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Fiscal strategy

Fiscal policy is one tool a government has to achieve its economic and social objectives. The operation of fiscal policy is governed by the Public Finance Act 1989 (PFA).

Fiscal Strategy of the Government

The Government's fiscal priorities are set out in the:

The Government is committed to operate within five:

  • Budget Responsibility Rules
    • Deliver a sustainable operating surplus across an economic cycle.
    • Reduce the level of net core Crown debt to 20 per cent of GDP within five years of taking office.
    • Prioritise investments to address the long-term financial and sustainability challenges facing New Zealand.
    • Take a prudent approach to ensure expenditure is phased, controlled and directed to maximise its benefits. The Government will maintain its expenditure to within the recent historical range of spending to GDP ratio.
    • Ensure a progressive taxation system that is fair, balanced and promotes the long-term sustainability and productivity of the economy.

Background

The Public Finance Act and Responsible Fiscal Management

The PFA prescribes that the Government must pursue its policy objectives in accordance with the following principles:

  • (a) reducing total debt to prudent levels so as to provide a buffer against factors that may impact adversely on the level of total debt in the future by ensuring that, until those levels have been achieved, total operating expenses in each financial year are less than total operating revenues in the same financial year
  • (b) once prudent levels of total debt have been achieved, maintaining those levels by ensuring that, on average, over a reasonable period of time, total operating expenses do not exceed total operating revenues
  • (c) achieving and maintaining levels of total net worth that provide a buffer against factors that may impact adversely on total net worth in the future
  • (d) managing prudently the fiscal risks facing the Government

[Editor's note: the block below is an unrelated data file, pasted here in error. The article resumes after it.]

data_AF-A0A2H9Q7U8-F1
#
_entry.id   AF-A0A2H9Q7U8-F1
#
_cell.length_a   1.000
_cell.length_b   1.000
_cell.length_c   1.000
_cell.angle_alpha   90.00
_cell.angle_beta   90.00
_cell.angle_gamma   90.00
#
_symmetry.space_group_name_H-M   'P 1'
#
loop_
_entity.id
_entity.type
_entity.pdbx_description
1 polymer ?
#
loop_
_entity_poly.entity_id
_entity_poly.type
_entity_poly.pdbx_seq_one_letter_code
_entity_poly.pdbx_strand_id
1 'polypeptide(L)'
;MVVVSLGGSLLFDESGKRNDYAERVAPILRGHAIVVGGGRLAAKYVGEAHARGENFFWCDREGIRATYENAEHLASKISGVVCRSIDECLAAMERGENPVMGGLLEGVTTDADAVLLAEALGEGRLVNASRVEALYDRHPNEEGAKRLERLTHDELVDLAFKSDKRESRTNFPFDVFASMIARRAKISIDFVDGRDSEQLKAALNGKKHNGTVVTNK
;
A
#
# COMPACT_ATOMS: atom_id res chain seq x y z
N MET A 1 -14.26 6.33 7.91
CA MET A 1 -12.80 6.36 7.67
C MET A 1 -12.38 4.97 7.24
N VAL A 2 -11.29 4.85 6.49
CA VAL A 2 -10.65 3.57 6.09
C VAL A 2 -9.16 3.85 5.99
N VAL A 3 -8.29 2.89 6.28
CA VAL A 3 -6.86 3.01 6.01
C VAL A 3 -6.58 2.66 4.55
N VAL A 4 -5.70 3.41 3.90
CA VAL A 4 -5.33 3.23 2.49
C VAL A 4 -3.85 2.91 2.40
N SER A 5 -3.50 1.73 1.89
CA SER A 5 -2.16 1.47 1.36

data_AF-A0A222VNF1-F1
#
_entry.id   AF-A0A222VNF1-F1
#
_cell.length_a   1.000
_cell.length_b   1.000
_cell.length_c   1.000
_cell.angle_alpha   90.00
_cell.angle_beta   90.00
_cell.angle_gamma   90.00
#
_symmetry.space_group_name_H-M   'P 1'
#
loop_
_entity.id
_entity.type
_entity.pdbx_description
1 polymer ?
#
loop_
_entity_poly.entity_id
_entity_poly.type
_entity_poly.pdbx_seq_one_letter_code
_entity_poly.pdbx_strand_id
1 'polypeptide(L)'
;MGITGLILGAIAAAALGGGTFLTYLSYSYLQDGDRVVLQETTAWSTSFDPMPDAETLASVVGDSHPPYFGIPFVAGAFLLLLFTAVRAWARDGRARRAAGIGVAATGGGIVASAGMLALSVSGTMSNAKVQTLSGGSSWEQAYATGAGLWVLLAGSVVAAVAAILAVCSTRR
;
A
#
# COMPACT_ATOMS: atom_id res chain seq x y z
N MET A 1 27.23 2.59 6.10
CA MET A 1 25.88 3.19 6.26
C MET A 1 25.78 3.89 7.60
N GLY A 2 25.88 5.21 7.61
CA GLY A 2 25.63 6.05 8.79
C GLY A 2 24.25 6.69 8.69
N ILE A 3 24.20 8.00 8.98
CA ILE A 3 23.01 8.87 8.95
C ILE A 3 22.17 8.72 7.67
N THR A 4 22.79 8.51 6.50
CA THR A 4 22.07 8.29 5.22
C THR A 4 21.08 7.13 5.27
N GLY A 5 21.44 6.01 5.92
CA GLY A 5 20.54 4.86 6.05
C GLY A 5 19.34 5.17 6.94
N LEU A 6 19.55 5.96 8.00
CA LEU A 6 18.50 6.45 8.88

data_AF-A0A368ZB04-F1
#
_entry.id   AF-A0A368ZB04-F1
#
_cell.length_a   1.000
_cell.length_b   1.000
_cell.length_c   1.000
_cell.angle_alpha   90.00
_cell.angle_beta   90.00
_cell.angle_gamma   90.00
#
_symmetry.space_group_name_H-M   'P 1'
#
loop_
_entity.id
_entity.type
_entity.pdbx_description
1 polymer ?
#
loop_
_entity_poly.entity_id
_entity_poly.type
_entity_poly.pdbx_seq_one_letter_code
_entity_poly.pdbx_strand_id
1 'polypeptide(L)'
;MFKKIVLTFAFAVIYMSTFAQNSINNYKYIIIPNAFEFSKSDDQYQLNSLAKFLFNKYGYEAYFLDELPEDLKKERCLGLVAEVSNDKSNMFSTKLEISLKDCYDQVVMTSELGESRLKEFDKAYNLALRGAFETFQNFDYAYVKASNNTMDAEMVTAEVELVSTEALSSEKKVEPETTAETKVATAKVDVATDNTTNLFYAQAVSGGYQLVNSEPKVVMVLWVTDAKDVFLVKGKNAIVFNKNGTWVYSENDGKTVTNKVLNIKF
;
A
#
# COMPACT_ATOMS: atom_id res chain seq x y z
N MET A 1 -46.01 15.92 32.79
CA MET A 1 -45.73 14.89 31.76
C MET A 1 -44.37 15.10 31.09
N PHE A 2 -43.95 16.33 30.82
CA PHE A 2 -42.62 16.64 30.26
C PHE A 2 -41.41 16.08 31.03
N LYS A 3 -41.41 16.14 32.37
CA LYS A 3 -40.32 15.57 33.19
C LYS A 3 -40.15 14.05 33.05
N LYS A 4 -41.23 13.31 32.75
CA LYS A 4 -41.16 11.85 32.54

• (e) when formulating revenue strategy, having regard to efficiency and fairness, including the predictability and stability of tax rates
  • (f) when formulating fiscal strategy, having regard to the interaction between fiscal policy and monetary policy
  • (g) when formulating fiscal strategy, having regard to its likely impact on present and future generations
  • (h) ensuring that the Crown's resources are managed effectively and efficiently.

The PFA requires the Government to present, in each financial year, reports outlining its fiscal policy: the Budget Policy Statement (BPS) and the Fiscal Strategy Report (FSR). The BPS has a short run focus setting out policy goals that will guide the Government's Budget decisions and priorities. The FSR is presented with the Budget and must state the Government's long term objectives for fiscal policy over a period of at least ten years and the Government's short term intentions for fiscal policy over a period of three years. The FSR must also provide projections of fiscal variables to show progress towards meeting the long-term objectives.

In addition, the Treasury is required to publish, at least every four years, a"

This has a horizon of at least 40 years and identifies how demographic and other changes may impact the fiscal position.

Last updated: 
Tuesday, 20 March 2018